The Good Lovelies' annual Christmas Show may celebrate the Yuletide season, but it's also a birthday bash for the band.
Caroline Brooks, Kerri Ough and Sue Passmore, who make up the (mostly) Toronto-based folk/country harmony trio (Ough lives in Newfoundland), first joined forces in 2006 when they put on a Christmas show.
Christmas has become something of a touchstone for them since.
Not only do they have a touring Christmas show, they also put out two Christmas albums — 2009's “Under the Mistletoe” and now “Evergreen,” released just weeks ago with material they've developed over the last decade.
The band also released a non-Christmas album, Shapeshifters, in 2018.
“It's become a real tradition for us, and it grew out of this band anniversary,” said Passmore in a recent phone interview with Sudbury.com.
“Happily it's become a tradition for lots of people who have been coming to the show. It's been really neat. We've been watching kids grow up. It's really nice. I look forward to this every year.”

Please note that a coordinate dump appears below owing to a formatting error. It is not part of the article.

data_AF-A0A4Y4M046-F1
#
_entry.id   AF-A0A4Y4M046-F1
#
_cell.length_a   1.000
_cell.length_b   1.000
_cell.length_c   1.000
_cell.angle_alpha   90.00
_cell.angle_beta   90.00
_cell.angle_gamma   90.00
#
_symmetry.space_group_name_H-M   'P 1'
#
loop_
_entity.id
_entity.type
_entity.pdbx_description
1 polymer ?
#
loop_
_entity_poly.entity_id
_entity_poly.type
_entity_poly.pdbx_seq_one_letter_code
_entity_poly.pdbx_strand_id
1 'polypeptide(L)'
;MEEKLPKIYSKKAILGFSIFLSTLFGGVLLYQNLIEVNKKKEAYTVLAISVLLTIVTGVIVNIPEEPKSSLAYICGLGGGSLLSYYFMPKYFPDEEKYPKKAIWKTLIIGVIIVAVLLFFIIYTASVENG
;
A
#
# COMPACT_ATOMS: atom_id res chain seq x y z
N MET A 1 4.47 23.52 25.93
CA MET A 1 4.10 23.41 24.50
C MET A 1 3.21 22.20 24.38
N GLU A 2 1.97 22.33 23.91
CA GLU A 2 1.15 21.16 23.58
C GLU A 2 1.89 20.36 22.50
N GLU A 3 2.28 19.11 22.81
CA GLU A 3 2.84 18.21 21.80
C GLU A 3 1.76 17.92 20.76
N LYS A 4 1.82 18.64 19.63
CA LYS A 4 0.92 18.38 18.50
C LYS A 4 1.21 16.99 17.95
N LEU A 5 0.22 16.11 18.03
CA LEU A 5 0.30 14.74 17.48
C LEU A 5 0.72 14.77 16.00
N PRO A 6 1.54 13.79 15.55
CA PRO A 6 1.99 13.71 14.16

As it happens, this year's Good Lovelies Christmas tour begins Dec. 5 at Fraser Auditorium in Sudbury.
The show is being put on in partnership with Northern Lights Festival Boréal, who also brought the group to Sudbury in 2017 and 2018.
“There's something quite nice about being in that town,” said Passmore. “We've done several shows. We have some regular stops now where we like to get our coffee and food and breakfast.
“It's started to become a really familiar place, and the people we work with in Sudbury are always wonderful, and that makes a big difference when we're travelling around.
“So we're delighted to be coming back and starting the tour in Sudbury, which is wonderful.
“The Christmas show in particular is a special one. We haven't brought the Christmas show to Sudbury, I don't believe. That'll be a first, and it's going to be lovely.”
Accompanied by their three band members, the “Lovelies” will perform a combination of Christmas standards, lesser-known holiday tunes, and their own original material, whether festive or not.
Asked if the show is just the thing to get people in the holiday spirit, Passmore said she hopes so.
“It does it for us, and we hope it works for everybody else,” she said. “It's hopefully just going to be a really fun night, a wonderful night.”
The doors open at 7 p.m. at Fraser Auditorium on the Laurentian University campus. Tickets cost around $33 for general admission and $20 for youth/children, and are available through the Northern Lights Festival website.